HA Perspective [by Chris Bown]: All hail the return of normal business and group bookings. The USA seems to be leading the return to a new normal that’s starting to look like the old normal.
But not so fast. Already, event organisers in America are being spooked by a rise in covid-19 cases. The rescheduled New Orleans jazz festival has been cancelled for a second year, while the organisers of the New York International Auto Show have just pulled the event.
Let’s hope that’s just a temporary blip. The reported signs from Marriott and Hilton seem to suggest businesses – in the US at least – are returning to meetings and events, and to face to face meetings.
The shift towards this blended trip also promises a potential benefit to hotels. Plus, as they are no longer travelling on the high priced airline red eye, hopefully those guests will have more to spend during their hotel stays – win,win.
Additional comment [by Andrew Sangster]: Despite all the hype about the so-called Delta variant of the Covid virus, recovery is coming. It has been slowed but not derailed. Perhaps the best analogy is speed restrictions due to a dodgy stretch of track.
An intriguing feature of the downturn was the lack of impairment to values. At Pandox’s results presentation, it said the cumulative change on values during the period of the pandemic was just 5.1%. The company’s acting CEO, Liia Nou, somewhat pointedly said that external valuations were worse than Pandox’s own internal valuations. What we see of transactions, Nou seems to be right.
“Banks are accommodating, liquidity is strong and transactions relevant to Pandox are supporting our property valuation,” she told listeners on the webcast. “The pandemic has negative short-term effects on the cashflows in our hotel properties but we do not expect long term yields to be affected in the same way.”
The company went on to talk about how hotels in bigger cities that are more dependent on international demand are seeing a slower recovery. This is hardly surprising given the difficulties of international travel.
The question arises with this demand, and that for business and group travel, whether there has been a shift in long-term patterns as a result of the impact of restrictions imposed during the pandemic.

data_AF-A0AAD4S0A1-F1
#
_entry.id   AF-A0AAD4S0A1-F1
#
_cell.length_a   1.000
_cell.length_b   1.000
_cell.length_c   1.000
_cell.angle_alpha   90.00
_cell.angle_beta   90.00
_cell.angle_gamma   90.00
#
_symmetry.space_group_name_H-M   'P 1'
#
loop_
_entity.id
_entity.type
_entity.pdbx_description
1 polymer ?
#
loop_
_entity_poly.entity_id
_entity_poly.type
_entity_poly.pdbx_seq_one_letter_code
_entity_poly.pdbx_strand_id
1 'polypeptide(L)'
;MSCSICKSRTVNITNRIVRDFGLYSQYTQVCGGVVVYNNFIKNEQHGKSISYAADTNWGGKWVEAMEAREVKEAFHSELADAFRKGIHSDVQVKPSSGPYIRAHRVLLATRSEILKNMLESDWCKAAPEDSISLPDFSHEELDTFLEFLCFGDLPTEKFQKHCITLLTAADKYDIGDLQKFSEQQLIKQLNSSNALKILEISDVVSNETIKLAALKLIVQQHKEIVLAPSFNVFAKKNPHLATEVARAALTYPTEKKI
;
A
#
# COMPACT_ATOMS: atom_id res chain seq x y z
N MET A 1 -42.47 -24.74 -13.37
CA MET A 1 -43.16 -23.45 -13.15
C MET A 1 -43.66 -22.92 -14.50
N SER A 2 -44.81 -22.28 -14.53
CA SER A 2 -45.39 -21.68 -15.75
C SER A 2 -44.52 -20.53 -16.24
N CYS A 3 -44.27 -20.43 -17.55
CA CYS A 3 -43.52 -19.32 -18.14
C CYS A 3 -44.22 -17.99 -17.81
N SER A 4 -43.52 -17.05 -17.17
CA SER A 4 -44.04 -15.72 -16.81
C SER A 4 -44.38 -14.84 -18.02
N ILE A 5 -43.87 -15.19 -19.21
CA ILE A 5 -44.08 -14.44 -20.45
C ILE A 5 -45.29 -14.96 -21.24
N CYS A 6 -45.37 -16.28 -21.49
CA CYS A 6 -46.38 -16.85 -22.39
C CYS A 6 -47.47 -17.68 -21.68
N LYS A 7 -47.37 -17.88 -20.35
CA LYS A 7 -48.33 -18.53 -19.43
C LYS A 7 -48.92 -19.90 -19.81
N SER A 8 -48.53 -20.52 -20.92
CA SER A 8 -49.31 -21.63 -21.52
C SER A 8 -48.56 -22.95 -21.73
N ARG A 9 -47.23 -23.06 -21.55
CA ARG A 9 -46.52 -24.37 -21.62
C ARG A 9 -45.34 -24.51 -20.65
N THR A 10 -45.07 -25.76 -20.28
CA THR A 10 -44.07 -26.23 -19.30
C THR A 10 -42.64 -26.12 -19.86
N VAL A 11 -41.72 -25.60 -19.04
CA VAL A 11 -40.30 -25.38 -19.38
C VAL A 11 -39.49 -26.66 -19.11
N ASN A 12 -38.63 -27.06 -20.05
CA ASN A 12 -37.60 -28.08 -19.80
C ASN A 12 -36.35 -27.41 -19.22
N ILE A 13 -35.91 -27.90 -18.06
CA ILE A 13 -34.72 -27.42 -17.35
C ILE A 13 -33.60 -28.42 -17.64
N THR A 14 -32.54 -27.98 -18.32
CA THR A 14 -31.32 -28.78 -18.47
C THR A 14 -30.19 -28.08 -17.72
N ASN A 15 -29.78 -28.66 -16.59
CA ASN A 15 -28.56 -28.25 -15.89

There is no clear answer to this yet. But it looks increasingly like if there is any impairment, it will be modest. My own view, one that we have articulated in Hotel Analyst for many months, is that the restrictions imposed during the pandemic have not fundamentally altered the drivers of travel demand.
An interesting contrast appears between Sweden and Germany, two countries at the opposing poles in terms of their attitudes to restrictions, with the Germans being among the toughest in Europe and the Swedes the most liberal. If there is to be long-term damage, it might be expected to be most apparent in the German market.
In the UK, there has been among the strongest rebounds in demand. Pandox, which owns the Jurys Inn chain in the UK, said the country “indicates well the direct correlation between restrictions and demand, as well as the pent-up demand for travel and experiences”.
Pandox said it is seeing the same patterns everywhere: domestic leisure the main driver and then domestic business demand following. But this business demand is so far mainly smaller companies.
Big companies are preparing to start travelling again but there is a more cautious transition to white collar travel with September and October being the key months to observe any patterns. Pandox said that fewer trips but more hotel nights possible.
“We note that there is a strong economic recovery in most countries and corporate profitability is high which is positive for the corporate travel outlook in general,” said Anders Berg SVP head of communications and IR.
Beyond Europe, China and the US are seeing the strongest growth, as the global majors make clear in their results presentations for Q2. The Delta variant has caused a few wobbles but not enough to dash hopes.
In Europe, the UK appears to be leading the way. This week’s GDP numbers are certainly helping as they showed growth of 4.8% in Q2, the strongest within the G7 group of high-income countries.
The picture is flattering in that the UK counts GDP in a more sophisticated manner than most countries as it includes the output of things like education. This meant the UK’s apparent downturn was much worse than other countries with the flip meaning it is easier to have a stronger recovery.
The UK remains 4.4% below its peak level of GDP, reached in Q4 2019 but this is now expected by most forecasters to be exceeded by the end of this year. The recovery has, nonetheless, been at the upper end of most expectations.
The downturn has been prolonged and the impact of the pandemic restrictions will be felt beyond two years from their inception but the fabled V-shape recovery does indeed look to be happening, albeit looking more U-shaped than hoped for by some at the start of the crisis.
International travel is going to be the last to return. Trans-Atlantic routes are already showing signs of life but Asia Pacific looks more problematic. Zero Covid strategies are likely to make any international recovery here much slower, with China, Australia, South Korea and Taiwan all set to take a while to see this coming through.